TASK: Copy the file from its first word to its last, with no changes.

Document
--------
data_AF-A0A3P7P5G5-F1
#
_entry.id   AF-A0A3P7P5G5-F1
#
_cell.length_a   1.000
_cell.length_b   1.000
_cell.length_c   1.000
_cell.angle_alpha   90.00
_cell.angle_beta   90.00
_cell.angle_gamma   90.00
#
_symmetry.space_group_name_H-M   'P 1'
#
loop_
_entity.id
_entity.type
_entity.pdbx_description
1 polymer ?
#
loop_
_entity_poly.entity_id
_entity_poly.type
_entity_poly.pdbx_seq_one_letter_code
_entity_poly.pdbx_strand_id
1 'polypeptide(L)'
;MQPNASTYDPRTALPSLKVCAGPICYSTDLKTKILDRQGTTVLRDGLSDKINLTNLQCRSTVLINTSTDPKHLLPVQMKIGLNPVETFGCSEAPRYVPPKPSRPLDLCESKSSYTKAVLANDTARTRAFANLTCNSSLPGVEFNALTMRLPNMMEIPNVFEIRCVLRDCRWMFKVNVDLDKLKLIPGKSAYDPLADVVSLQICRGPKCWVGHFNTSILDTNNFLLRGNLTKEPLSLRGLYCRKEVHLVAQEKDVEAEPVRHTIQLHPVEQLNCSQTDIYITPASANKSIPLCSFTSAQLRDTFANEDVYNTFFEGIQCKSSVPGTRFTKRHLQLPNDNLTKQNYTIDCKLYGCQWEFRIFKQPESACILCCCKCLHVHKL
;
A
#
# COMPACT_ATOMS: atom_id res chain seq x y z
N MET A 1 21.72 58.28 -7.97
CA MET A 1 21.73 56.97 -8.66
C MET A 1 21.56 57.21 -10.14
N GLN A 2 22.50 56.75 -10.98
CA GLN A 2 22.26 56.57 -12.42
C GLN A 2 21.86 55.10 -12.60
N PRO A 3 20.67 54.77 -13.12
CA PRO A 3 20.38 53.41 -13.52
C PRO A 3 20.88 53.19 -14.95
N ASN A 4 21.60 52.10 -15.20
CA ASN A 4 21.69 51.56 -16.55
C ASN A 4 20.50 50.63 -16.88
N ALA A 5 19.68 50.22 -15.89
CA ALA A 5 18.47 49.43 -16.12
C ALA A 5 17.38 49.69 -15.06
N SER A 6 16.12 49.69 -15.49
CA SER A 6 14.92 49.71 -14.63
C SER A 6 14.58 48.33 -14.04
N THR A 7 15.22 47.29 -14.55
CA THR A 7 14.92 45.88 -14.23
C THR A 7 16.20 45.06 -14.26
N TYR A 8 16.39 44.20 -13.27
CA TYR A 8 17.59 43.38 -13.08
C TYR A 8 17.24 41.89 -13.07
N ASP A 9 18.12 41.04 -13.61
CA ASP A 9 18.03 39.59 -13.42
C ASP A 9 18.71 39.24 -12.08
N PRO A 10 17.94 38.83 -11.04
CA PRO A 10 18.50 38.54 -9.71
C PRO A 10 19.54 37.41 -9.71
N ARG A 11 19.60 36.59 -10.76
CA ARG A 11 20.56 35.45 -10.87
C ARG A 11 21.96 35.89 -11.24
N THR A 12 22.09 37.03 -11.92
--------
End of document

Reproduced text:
data_AF-A0A3P7P5G5-F1
#
_entry.id   AF-A0A3P7P5G5-F1
#
_cell.length_a   1.000
_cell.length_b   1.000
_cell.length_c   1.000
_cell.angle_alpha   90.00
_cell.angle_beta   90.00
_cell.angle_gamma   90.00
#
_symmetry.space_group_name_H-M   'P 1'
#
loop_
_entity.id
_entity.type
_entity.pdbx_description
1 polymer ?
#
loop_
_entity_poly.entity_id
_entity_poly.type
_entity_poly.pdbx_seq_one_letter_code
_entity_poly.pdbx_strand_id
1 'polypeptide(L)'
;MQPNASTYDPRTALPSLKVCAGPICYSTDLKTKILDRQGTTVLRDGLSDKINLTNLQCRSTVLINTSTDPKHLLPVQMKIGLNPVETFGCSEAPRYVPPKPSRPLDLCESKSSYTKAVLANDTARTRAFANLTCNSSLPGVEFNALTMRLPNMMEIPNVFEIRCVLRDCRWMFKVNVDLDKLKLIPGKSAYDPLADVVSLQICRGPKCWVGHFNTSILDTNNFLLRGNLTKEPLSLRGLYCRKEVHLVAQEKDVEAEPVRHTIQLHPVEQLNCSQTDIYITPASANKSIPLCSFTSAQLRDTFANEDVYNTFFEGIQCKSSVPGTRFTKRHLQLPNDNLTKQNYTIDCKLYGCQWEFRIFKQPESACILCCCKCLHVHKL
;
A
#
# COMPACT_ATOMS: atom_id res chain seq x y z
N MET A 1 21.72 58.28 -7.97
CA MET A 1 21.73 56.97 -8.66
C MET A 1 21.56 57.21 -10.14
N GLN A 2 22.50 56.75 -10.98
CA GLN A 2 22.26 56.57 -12.42
C GLN A 2 21.86 55.10 -12.60
N PRO A 3 20.67 54.77 -13.12
CA PRO A 3 20.38 53.41 -13.52
C PRO A 3 20.88 53.19 -14.95
N ASN A 4 21.60 52.10 -15.20
CA ASN A 4 21.69 51.56 -16.55
C ASN A 4 20.50 50.63 -16.88
N ALA A 5 19.68 50.22 -15.89
CA ALA A 5 18.47 49.43 -16.12
C ALA A 5 17.38 49.69 -15.06
N SER A 6 16.12 49.69 -15.49
CA SER A 6 14.92 49.71 -14.63
C SER A 6 14.58 48.33 -14.04
N THR A 7 15.22 47.29 -14.55
CA THR A 7 14.92 45.88 -14.23
C THR A 7 16.20 45.06 -14.26
N TYR A 8 16.39 44.20 -13.27
CA TYR A 8 17.59 43.38 -13.08
C TYR A 8 17.24 41.89 -13.07
N ASP A 9 18.12 41.04 -13.61
CA ASP A 9 18.03 39.59 -13.42
C ASP A 9 18.71 39.24 -12.08
N PRO A 10 17.94 38.83 -11.04
CA PRO A 10 18.50 38.54 -9.71
C PRO A 10 19.54 37.41 -9.71
N ARG A 11 19.60 36.59 -10.76
CA ARG A 11 20.56 35.45 -10.87
C ARG A 11 21.96 35.89 -11.24
N THR A 12 22.09 37.03 -11.92